A bunch of Ruby Roman grapes sold for a record £1.1m yen ($11,000) at auction in Japan this week, The Guardian reports. The bunch contained roughly 30 grapes, meaning each grape was worth around $350.
While this may sound extravagant, fruit, especially seasonal fruit is held in high regard in Japan and is often given as a gift or seen as a status symbol (as is the case with the Ruby Roman). Melon is the most prized of fruits and you may remember this perfect matching pair of king melons, which sold for a staggering $26,000.
Winning bidder Takamaru Konishi, a premium fruits buyer, said he would be offering customers a taste of the grapes at his supermarket in Hyogo Prefecture.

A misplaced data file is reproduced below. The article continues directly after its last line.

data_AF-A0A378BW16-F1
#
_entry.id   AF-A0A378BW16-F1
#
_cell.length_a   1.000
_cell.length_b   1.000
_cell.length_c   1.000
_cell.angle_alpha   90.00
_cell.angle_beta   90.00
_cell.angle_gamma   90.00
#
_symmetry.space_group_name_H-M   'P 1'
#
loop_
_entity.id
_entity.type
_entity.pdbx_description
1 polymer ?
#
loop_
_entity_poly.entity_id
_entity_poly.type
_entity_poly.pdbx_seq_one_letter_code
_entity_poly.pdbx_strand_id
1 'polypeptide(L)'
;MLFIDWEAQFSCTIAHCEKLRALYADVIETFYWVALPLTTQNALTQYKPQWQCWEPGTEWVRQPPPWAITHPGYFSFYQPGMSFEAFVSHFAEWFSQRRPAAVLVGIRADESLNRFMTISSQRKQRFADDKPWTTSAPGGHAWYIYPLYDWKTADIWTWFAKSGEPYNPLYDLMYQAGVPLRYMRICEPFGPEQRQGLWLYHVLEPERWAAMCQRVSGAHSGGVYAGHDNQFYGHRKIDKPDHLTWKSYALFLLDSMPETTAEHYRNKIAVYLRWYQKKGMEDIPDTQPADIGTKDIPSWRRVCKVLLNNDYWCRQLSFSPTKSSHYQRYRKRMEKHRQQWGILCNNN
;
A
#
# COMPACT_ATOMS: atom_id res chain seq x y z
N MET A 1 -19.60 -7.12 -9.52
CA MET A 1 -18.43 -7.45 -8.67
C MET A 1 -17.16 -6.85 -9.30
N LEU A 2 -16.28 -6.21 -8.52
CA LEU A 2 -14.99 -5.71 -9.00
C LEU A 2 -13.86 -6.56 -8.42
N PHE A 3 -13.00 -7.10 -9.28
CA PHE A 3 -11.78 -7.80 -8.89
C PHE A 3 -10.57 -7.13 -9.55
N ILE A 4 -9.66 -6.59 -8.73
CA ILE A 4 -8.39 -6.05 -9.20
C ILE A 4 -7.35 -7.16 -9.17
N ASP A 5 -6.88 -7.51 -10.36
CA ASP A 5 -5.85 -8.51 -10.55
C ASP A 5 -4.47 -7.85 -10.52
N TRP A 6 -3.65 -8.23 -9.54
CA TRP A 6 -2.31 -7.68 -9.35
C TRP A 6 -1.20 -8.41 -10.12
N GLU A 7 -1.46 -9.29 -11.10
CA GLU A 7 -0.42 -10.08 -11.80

The Ruby Roman grape, which is prized for its sweetness, was originally cultivated from the Fujiminori grape and was introduced in 2008. They are grown exclusively in Ishikawa Prefecture on the west coast of Honshu island. Each grape is roughly the size of a ping–pong ball and must weigh at least 20g. The Ruby Roman is a table grape, meaning they are meant to be eaten fresh and are not used in wine production.
We’ll never complain about the price of fruit again.
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